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Interpreting monitoring data for shoreline and geohazard mapping

Interpreting monitoring data for shoreline and geohazard mapping
Interpreting monitoring data for shoreline and geohazard mapping


The demand for marine-related spatial information has become increasingly apparent in recent years at a European and national scale, due to the increased pressures on the sea-floor environments and marine resources of UK territorial waters. The advent of economically viable swath bathymetry data acquisition in the coastal zone and effective collaborative partnerships between the Channel Coastal Observatory, Maritime and Coastguard Agency, UK Hydrographic Office, British Geological Survey and academic institutions, have opened up new opportunities to produce a robust scientific evidence base to inform integrated coastal zone management objectives and contribute to wider scientific initiatives. Interpretation of high-quality bathymetric data, acoustic backscatter and ground-truthing data allows zones of exposed bedrock, rock outcrops and pinnacles to be identified, along with areas of mobility or stability of surficial sediments. Temporal and spatial analyses of coastal and marine monitoring datasets also contribute to improved understanding of interactions between natural coastal process and coastal-defence and beach-management operations. Furthermore, developments in three-dimensional mapping techniques and visualisation technologies have enabled seamless high-resolution coastal geology maps to be re-interpreted and extended offshore, providing a more complete picture of the baseline geology, physical properties, structure and geohazards in the coastal and nearshore zone. The full paper details the methodology developed to produce a range of indicative marine mapping layers, and presents examples from eastern and southern England where marine-related spatial data has contributed to the multi-disciplinary scientific evidence base to inform development of UK marine policy and planning, coastal management and coastal zone geological mapping.
1741-7597
118-124
Colenutt, Andrew
6290be91-23eb-43a6-bc15-1c271daef1d9
Westhead, Keith
27a78cbb-c11c-462a-b89b-b3b8b9576ee7
Evans, Jon
21256237-37a0-4bc5-9897-9c2cffe6f52a
McVey, Stuart
6aeb1609-79c9-499b-8888-535c0b48172f
Le Bas, Tim
f0dbad80-bb38-412c-be77-b8b9faef1854
Colenutt, Andrew
6290be91-23eb-43a6-bc15-1c271daef1d9
Westhead, Keith
27a78cbb-c11c-462a-b89b-b3b8b9576ee7
Evans, Jon
21256237-37a0-4bc5-9897-9c2cffe6f52a
McVey, Stuart
6aeb1609-79c9-499b-8888-535c0b48172f
Le Bas, Tim
f0dbad80-bb38-412c-be77-b8b9faef1854

Colenutt, Andrew, Westhead, Keith, Evans, Jon, McVey, Stuart and Le Bas, Tim (1970) Interpreting monitoring data for shoreline and geohazard mapping. Proceedings of the ICE - Maritime Engineering, 168 (3), 118-124. (doi:10.1680/jmaen.15.00018).

Record type: Article

Abstract



The demand for marine-related spatial information has become increasingly apparent in recent years at a European and national scale, due to the increased pressures on the sea-floor environments and marine resources of UK territorial waters. The advent of economically viable swath bathymetry data acquisition in the coastal zone and effective collaborative partnerships between the Channel Coastal Observatory, Maritime and Coastguard Agency, UK Hydrographic Office, British Geological Survey and academic institutions, have opened up new opportunities to produce a robust scientific evidence base to inform integrated coastal zone management objectives and contribute to wider scientific initiatives. Interpretation of high-quality bathymetric data, acoustic backscatter and ground-truthing data allows zones of exposed bedrock, rock outcrops and pinnacles to be identified, along with areas of mobility or stability of surficial sediments. Temporal and spatial analyses of coastal and marine monitoring datasets also contribute to improved understanding of interactions between natural coastal process and coastal-defence and beach-management operations. Furthermore, developments in three-dimensional mapping techniques and visualisation technologies have enabled seamless high-resolution coastal geology maps to be re-interpreted and extended offshore, providing a more complete picture of the baseline geology, physical properties, structure and geohazards in the coastal and nearshore zone. The full paper details the methodology developed to produce a range of indicative marine mapping layers, and presents examples from eastern and southern England where marine-related spatial data has contributed to the multi-disciplinary scientific evidence base to inform development of UK marine policy and planning, coastal management and coastal zone geological mapping.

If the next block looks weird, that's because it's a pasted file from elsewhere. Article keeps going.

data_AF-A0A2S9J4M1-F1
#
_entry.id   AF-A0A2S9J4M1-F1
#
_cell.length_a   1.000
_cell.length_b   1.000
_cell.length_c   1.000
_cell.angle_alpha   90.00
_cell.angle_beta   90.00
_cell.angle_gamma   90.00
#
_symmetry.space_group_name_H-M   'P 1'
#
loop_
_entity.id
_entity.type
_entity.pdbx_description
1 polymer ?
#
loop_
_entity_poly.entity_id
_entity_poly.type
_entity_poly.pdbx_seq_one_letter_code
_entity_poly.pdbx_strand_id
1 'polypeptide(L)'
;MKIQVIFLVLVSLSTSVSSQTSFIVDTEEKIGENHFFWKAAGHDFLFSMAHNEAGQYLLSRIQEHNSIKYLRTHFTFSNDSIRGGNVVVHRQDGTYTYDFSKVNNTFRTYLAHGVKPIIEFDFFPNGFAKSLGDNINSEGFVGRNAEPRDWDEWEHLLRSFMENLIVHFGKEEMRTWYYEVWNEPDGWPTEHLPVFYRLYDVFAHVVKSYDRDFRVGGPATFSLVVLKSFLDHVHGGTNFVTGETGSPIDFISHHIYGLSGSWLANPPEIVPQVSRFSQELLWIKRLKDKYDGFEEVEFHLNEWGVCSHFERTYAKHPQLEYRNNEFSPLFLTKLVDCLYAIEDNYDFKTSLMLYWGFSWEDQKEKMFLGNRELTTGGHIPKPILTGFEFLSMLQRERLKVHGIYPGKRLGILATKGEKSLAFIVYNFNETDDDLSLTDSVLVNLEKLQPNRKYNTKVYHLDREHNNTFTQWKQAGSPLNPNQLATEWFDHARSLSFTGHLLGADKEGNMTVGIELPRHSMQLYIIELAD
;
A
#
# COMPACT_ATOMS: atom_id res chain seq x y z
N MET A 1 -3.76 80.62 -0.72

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Colenutt_et_al_2015.pdf - Accepted Manuscript
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Published date: 1 January 1970
Organisations: Marine Geoscience

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Local EPrints ID: 385362
URI: http://eprints.soton.ac.uk/id/eprint/385362
ISSN: 1741-7597
PURE UUID: 4cb948ac-d0fc-49bc-9ecf-41dbb57436ec

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Date deposited: 23 Dec 2015 14:42
Last modified: 09 Nov 2017 17:31

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Author: Andrew Colenutt
Author: Keith Westhead
Author: Jon Evans
Author: Stuart McVey
Author: Tim Le Bas

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